“It hasn’t caused chaos and destruction of all things transportation-related in the region,” quipped Robert Gardner, advocacy director of the Washington Area Bicyclist Association, which had pressed for the change.
Twitter messages to Metro included complaints about broken escalators and cold air blasting on riders trains in the dead of winter, but no horror stories about Metro’s decision to lift its ban on bicycles on trains between 7 a.m. and 10 a.m. and between 4 p.m. and 7 p.m on weekdays.
“It’s off to a good start,” Metro spokeswoman Sherri Ly said.
But Gardner acknowledged the jury is still out on the new policy, which began Jan. 7 — a week when the government shutdown had noticeably thinned the crowd on trains. While Metro hasn’t released ridership data during the shutdown, The Washington Post reported Jan. 11 that ridership last week was down about 50,000 trips per day on average through Wednesday, 6 percent to 11 percent below the same week last year.
Kelly Mack, who commutes to work on the Red Line in a motorized wheelchair, is still unconvinced that the end of the rush-hour bike ban is a good thing.
“Riding the Red Line during rush hour in a wheelchair is next to impossible unless you’re willing to engage in hand-to-hand combat or having riders seated in your lap,” she said in an email after the change was announced Jan. 2. “I can barely fit my wheelchair onto the evening trains during rush hour, so how will bicycles manage?”
On Friday, she said she hadn’t seen any bicyclists on the train. But, she said: "I don’t know what to expect when all those workers come back.”
The week did bring an idea of what the new policy means for cyclists and riders. When sleet started falling on Jan. 9, David Whitehead got a first-hand look at the station platform at Metro Center.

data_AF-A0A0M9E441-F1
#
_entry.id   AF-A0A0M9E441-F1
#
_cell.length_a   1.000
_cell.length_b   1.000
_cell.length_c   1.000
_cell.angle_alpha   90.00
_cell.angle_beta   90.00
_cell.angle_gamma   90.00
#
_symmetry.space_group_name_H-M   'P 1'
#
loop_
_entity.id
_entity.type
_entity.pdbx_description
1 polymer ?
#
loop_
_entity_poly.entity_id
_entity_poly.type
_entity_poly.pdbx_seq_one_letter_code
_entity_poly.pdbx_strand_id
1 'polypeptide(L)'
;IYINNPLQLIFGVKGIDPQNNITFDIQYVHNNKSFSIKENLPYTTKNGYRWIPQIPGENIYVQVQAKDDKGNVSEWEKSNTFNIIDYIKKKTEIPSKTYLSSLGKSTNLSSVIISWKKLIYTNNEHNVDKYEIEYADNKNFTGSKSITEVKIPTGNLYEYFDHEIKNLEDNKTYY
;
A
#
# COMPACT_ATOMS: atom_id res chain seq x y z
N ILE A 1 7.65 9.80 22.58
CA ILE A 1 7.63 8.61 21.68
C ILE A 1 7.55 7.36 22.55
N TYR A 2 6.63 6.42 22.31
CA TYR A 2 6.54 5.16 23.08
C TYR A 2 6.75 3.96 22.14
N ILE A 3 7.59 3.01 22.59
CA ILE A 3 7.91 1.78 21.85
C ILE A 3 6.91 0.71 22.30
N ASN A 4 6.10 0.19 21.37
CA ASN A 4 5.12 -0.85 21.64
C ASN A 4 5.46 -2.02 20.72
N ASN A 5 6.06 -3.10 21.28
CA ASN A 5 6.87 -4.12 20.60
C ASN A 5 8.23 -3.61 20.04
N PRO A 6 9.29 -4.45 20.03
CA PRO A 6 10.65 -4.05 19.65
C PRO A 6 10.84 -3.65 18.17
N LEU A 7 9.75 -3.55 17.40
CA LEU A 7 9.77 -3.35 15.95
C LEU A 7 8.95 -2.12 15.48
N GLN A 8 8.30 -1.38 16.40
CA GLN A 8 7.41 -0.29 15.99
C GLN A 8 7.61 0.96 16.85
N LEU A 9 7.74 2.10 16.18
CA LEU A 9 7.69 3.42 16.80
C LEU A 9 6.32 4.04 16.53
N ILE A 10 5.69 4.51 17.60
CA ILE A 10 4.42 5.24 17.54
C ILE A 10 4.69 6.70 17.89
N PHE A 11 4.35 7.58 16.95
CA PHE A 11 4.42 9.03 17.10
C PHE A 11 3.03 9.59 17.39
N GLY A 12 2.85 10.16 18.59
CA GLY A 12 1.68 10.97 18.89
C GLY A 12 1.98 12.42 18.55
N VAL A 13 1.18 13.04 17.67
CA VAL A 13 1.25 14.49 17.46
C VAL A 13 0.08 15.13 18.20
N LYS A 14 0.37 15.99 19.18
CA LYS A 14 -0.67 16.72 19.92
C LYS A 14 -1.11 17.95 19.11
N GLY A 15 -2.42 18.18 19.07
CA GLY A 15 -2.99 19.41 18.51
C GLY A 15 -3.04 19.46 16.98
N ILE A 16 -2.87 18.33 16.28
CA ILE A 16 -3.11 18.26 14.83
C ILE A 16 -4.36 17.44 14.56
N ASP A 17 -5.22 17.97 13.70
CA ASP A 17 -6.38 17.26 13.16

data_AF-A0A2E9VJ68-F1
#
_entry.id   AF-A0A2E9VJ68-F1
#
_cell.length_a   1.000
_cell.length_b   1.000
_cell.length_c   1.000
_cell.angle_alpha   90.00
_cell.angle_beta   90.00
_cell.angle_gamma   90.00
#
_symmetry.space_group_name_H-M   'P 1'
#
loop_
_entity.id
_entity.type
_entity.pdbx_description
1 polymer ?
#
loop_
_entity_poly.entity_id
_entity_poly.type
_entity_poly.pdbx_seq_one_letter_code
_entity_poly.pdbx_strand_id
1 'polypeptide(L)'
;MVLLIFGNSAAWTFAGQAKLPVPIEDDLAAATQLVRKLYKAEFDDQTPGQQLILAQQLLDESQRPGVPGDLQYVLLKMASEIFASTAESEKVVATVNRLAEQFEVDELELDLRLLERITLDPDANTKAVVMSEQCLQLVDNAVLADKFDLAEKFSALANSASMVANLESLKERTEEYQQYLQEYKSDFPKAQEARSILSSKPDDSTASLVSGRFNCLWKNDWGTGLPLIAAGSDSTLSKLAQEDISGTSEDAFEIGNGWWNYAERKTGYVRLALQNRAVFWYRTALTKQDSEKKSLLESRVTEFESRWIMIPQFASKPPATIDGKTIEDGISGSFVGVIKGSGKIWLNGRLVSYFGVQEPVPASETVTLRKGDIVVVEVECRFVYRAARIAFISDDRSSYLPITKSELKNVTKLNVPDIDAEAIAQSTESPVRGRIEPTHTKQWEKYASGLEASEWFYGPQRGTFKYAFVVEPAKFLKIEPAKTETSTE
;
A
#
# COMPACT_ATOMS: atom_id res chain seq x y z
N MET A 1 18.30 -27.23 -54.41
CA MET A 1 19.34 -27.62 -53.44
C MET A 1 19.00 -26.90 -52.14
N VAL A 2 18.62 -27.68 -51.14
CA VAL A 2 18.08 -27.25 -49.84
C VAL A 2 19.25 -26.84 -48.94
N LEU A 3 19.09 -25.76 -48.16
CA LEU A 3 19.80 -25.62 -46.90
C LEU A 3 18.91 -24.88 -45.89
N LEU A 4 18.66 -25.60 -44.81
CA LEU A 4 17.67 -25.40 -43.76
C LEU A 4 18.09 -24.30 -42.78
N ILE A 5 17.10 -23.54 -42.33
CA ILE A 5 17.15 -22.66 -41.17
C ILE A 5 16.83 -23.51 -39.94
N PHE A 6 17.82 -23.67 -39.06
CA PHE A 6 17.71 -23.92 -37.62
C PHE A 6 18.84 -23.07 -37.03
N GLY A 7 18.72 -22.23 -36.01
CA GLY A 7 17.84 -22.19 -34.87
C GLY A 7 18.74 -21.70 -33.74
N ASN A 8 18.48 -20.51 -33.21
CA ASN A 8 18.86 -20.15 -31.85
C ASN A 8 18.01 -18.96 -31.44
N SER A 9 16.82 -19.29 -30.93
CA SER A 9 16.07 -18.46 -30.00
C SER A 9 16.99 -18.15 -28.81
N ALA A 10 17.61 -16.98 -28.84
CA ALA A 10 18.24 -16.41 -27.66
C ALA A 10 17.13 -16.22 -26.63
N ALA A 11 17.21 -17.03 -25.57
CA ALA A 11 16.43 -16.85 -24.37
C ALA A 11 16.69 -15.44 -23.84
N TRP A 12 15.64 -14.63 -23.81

“I realized a bunch of bikes were around me,” he said. "People weren’t going to hang out in the snow” — they were getting on Metro instead.
That’s good news for Metro, which made the change partly in the hopes of attracting more riders. Besides those wanting to get out of the elements, the transit agency is also hoping to attract people who live or work away from stations, who will now be able to bike to trains.
Nationally, transit agencies have taken a variety of approaches to letting bicycles on trains. The Metropolitan Atlanta Rapid Transit Authority allows them at all times.
The Chicago Transit Authority doesn’t allow them during the morning and afternoon weekday rush hours, and at other times, allows no more than two bikes in a car because of crowding and safety concerns, a spokesman for the agency said.
San Francisco’s Bay Area Rapid Transit lifted its rush-hour ban on bikes in 2013, a spokesman said. It now allows them at all times except in the first car on trains, which share space with the conductor’s area and have less room for passengers. Technically, bikes aren’t allowed on the first three cars of trains in order to give riders a bike-free option, but the rule is rarely enforced, BART spokesman James Allison said.
One person commenting on an Express article about the change said he has had to take a Lyft to get home because Metro’s decision to close stations earlier in 2017 left him stranded after work. Now that he can take his bike on his train to work, he can ride home after work.
Like the people Whitehouse saw during the sleet, cyclist Barb Sheehy plans to take the train home on days when she’s too tired from work, tipsy from happy hour, or wants to avoid the weather, she said.
Sheehy, who rides her bike between her home in Columbia Heights and her job as an attorney at Navy Yard, said that before the change, there were times she’d have to wait until the rush-hour bike ban ended at 7 p.m. so she could bring her bike home on Metro.
“But that means that by the time I get home, I’ve missed dinner,” she said, and her 8- and 10-year-old daughters are already ready for bed. Other times, she’s ridden home in the rain and sleet.
She’s read comments online complaining about how some cyclists ride on the streets. Imagine how rude they’ll be on the train, many of those comments said.
And Sheehy does cop to running stop signs at times and cutting off drivers.
“But if I jump a stop sign, I’m never going to see the driver again,” she said. In contrast, “I’m just not going to push myself on to a train with my bike and be stuck in a car with 200 people giving me the side eye."